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The Canon

Thoughts on the First-Generation Christian Literature

By Stephen Broyles


I express my thanks to Justin Hester and Tim Loescher, at whose invitation this material was presented to students at a Navigator summer program at the University of Vermont, and to Tim and his wife, Christa, for their hospitality while I was in Burlington.


The aim of the pages listed in the column to the right is to give some thought to the Christian canon—the collection of writings which are the church’s primary source for understanding what God has done in the events announced in the gospel.

The Christian movement had a body of scripture from the beginning: the Old Testament. Within seventy years it also had a New Testament—as long as we are content to say that the four Gospels and Acts and most of the letters of Paul and the Book of Revelation are enough to constitute a New Testament, and as long as we are content to allow a little fuzziness at the borders, for even to the present day there is no global consensus among all Christian groups about some of the details.

With this body of literature Christians served one another as pastors and guides, fought temptations and cultivated virtues, found words for prayer and worship, understood what had happened in Israel, and understood what had happened in Jesus Christ.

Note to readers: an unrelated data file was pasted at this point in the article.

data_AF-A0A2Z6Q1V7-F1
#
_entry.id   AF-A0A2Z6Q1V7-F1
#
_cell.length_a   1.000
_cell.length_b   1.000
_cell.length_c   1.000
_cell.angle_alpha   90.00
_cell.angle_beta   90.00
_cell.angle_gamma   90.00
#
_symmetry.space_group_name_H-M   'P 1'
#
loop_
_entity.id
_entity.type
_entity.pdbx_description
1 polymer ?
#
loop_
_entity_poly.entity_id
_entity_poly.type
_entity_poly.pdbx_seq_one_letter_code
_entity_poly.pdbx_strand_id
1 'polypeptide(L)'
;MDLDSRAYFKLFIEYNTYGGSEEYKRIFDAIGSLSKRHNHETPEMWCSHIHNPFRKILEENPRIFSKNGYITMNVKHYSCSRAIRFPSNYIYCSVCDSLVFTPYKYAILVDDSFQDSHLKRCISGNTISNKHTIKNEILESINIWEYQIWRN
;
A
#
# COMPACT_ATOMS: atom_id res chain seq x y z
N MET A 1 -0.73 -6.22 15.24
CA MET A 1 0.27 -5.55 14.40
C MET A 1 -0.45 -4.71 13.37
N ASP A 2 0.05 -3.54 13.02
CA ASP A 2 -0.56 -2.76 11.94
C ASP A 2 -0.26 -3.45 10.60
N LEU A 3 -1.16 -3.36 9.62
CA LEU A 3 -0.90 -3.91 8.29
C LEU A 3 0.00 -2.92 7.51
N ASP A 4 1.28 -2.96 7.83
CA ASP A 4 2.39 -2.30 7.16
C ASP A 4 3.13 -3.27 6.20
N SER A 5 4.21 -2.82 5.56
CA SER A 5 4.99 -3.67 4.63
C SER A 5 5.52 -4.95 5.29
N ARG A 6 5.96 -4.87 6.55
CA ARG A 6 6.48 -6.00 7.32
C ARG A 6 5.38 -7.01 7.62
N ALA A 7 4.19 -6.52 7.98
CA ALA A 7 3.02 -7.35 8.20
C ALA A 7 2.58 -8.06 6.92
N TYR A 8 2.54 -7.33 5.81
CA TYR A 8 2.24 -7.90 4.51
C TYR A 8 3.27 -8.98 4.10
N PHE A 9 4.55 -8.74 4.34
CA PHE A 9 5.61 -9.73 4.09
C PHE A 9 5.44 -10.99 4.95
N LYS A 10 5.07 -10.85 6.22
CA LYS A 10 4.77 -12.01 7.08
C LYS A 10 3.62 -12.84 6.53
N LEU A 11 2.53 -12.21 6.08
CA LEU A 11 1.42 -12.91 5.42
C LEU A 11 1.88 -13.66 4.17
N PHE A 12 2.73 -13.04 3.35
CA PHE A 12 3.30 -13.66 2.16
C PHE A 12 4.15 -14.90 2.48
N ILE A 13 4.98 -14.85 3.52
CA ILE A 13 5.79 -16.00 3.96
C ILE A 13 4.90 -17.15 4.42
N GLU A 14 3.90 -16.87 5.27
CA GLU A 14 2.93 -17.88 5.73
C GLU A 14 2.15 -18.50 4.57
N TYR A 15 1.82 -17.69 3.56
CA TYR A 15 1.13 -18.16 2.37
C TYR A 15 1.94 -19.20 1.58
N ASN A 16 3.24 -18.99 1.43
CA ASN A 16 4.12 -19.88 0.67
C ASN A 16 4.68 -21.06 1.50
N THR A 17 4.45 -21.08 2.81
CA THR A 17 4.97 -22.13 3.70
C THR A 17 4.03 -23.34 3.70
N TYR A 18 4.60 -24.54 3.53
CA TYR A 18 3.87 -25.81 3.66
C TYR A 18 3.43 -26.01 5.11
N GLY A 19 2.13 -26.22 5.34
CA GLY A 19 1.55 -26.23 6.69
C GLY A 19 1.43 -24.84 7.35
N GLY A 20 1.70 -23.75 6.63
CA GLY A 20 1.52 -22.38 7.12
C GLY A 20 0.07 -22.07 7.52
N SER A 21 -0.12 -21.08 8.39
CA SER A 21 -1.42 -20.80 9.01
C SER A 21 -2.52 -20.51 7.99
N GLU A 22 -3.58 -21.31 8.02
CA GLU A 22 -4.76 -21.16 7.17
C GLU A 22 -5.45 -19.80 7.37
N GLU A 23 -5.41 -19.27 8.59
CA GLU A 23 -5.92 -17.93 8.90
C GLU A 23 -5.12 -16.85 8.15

In the second century, people came forth to say either that the literature was too large (Marcion) or too small (Montanus). The wide church, however, concluded that it was neither. The church concluded that in the prophets and evangelists and apostles we have what we need to be proficient and fully equipped for all kinds of good and beautiful deeds.



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          Table of Contents


1. Why We Call It the Canon

2. What They Called It before They Called it Canon

3. How the Canonical Literature Serves the Church

4. The Canon of the Earliest Church

          4a. The Oral Gospel

          4b. The Old Testament 

5. The Literature That Appeared in the First Century

6. The Literature as Collected and Transmitted

7. Marcion and the Canon

8. Montanus and the Canon

9. Into the Third and Fourth Centuries

            9a. Gospel of Peter

            9b. Acknowledged and


10. The Canon from Above and Below




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